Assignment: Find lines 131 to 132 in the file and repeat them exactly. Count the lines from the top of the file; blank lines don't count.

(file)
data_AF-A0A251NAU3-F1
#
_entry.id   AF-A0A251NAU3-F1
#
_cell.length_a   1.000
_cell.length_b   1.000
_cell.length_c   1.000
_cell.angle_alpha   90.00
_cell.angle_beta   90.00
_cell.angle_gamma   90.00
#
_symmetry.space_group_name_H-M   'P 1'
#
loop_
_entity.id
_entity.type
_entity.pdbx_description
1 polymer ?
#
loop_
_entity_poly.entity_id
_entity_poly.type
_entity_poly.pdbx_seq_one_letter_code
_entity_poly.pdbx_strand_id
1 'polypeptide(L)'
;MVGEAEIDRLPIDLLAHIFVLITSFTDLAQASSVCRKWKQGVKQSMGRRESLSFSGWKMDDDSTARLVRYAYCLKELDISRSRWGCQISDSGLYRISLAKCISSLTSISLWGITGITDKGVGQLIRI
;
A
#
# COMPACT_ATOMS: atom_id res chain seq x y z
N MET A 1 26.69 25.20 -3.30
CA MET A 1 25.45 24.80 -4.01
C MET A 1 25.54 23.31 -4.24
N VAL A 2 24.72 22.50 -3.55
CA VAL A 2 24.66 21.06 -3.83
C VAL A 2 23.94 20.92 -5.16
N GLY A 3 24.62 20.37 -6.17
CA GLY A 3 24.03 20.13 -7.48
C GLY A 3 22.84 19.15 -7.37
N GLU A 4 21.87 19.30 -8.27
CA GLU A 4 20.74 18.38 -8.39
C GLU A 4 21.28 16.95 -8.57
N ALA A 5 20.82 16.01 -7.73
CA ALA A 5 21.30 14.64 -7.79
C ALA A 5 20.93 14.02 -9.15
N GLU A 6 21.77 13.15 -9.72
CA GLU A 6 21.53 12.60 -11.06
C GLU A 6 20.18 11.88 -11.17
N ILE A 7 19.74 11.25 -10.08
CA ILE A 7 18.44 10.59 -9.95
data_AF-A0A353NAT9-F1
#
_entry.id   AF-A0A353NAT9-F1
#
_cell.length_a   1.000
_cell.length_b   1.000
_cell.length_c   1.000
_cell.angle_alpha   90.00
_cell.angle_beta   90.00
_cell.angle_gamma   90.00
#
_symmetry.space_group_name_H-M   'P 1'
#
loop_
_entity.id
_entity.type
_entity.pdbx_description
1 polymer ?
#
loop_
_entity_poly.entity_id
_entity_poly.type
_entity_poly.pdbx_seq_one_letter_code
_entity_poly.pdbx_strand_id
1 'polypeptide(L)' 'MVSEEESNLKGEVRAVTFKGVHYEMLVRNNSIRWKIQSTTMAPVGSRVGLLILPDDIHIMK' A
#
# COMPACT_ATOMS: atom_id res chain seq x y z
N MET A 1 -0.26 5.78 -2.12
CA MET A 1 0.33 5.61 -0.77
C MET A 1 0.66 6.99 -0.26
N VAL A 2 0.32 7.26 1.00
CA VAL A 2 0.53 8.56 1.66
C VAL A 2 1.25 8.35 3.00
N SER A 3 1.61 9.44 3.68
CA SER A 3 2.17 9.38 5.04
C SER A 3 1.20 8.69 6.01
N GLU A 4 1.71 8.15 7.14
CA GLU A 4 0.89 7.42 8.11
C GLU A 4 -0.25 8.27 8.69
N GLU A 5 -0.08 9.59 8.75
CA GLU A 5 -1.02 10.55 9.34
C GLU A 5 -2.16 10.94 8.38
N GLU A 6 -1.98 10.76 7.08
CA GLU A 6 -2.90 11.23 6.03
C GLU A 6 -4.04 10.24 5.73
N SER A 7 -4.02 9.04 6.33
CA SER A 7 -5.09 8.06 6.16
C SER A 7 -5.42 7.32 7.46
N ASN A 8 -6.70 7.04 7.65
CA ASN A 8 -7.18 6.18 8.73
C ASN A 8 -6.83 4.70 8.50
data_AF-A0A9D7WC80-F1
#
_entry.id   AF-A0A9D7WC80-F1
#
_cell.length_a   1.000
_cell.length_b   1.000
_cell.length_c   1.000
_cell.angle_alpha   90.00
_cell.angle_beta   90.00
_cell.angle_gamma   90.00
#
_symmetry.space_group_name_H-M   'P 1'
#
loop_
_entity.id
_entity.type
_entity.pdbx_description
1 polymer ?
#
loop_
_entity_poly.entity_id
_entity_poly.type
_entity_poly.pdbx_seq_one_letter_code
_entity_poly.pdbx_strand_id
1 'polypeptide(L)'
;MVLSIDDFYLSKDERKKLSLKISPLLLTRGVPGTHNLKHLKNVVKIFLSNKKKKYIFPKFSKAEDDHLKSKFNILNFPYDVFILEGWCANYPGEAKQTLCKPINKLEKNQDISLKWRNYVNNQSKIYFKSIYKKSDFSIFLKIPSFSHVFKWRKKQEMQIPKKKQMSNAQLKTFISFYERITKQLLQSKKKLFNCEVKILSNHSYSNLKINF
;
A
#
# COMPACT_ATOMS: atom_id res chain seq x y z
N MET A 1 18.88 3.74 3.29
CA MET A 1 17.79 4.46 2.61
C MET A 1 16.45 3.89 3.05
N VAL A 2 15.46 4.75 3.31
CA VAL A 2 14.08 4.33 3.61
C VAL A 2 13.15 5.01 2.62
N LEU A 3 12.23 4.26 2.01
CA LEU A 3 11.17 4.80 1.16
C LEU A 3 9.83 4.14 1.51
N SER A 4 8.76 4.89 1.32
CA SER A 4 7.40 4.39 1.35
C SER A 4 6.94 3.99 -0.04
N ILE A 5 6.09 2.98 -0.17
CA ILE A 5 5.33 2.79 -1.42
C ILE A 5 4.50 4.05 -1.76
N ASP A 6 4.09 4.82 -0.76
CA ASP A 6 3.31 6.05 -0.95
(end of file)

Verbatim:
# COMPACT_ATOMS: atom_id res chain seq x y z
N MET A 1 18.88 3.74 3.29